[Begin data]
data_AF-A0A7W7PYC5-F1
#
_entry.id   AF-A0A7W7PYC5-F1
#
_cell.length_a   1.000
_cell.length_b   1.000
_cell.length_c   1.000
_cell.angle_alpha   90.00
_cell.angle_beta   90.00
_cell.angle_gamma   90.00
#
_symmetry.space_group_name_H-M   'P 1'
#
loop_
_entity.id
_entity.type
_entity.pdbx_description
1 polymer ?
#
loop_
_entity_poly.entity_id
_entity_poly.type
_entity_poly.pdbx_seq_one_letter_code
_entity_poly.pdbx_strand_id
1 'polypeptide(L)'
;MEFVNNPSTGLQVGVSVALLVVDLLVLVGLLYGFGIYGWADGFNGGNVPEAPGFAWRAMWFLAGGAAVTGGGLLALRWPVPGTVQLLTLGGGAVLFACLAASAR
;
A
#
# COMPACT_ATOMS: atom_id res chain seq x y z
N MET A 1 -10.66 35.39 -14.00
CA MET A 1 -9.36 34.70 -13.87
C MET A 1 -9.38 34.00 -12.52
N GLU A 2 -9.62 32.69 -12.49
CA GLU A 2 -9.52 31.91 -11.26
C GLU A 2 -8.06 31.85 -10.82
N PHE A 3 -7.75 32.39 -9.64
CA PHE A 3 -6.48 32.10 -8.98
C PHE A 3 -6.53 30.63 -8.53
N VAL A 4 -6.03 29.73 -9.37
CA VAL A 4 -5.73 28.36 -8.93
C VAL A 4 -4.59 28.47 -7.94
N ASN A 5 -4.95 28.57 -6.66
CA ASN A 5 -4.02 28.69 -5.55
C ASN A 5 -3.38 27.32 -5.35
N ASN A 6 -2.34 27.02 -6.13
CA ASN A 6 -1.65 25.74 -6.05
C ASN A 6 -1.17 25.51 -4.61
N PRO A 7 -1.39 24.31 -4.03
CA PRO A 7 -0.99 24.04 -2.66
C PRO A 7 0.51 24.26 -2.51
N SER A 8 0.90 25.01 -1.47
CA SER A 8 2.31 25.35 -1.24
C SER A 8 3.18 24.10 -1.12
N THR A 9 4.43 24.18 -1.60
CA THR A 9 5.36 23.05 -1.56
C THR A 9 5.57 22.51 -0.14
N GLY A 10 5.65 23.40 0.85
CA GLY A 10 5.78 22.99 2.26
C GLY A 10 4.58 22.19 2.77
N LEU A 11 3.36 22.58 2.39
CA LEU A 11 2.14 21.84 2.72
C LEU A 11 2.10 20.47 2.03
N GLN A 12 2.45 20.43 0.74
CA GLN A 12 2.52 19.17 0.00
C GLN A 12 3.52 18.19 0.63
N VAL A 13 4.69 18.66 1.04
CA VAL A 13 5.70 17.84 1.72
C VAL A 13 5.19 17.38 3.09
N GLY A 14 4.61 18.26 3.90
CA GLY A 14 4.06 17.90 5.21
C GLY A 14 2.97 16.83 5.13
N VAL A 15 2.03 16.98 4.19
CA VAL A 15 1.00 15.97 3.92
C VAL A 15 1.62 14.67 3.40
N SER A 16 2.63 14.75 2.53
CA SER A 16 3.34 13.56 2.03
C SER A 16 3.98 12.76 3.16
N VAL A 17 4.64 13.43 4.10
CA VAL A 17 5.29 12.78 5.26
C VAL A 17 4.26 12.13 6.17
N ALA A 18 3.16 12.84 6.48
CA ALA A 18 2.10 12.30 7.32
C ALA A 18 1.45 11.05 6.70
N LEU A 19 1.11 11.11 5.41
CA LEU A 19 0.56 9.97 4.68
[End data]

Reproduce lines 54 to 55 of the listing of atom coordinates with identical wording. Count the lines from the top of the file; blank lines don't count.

C SER A 8 3.18 24.10 -1.12
N THR A 9 4.43 24.18 -1.60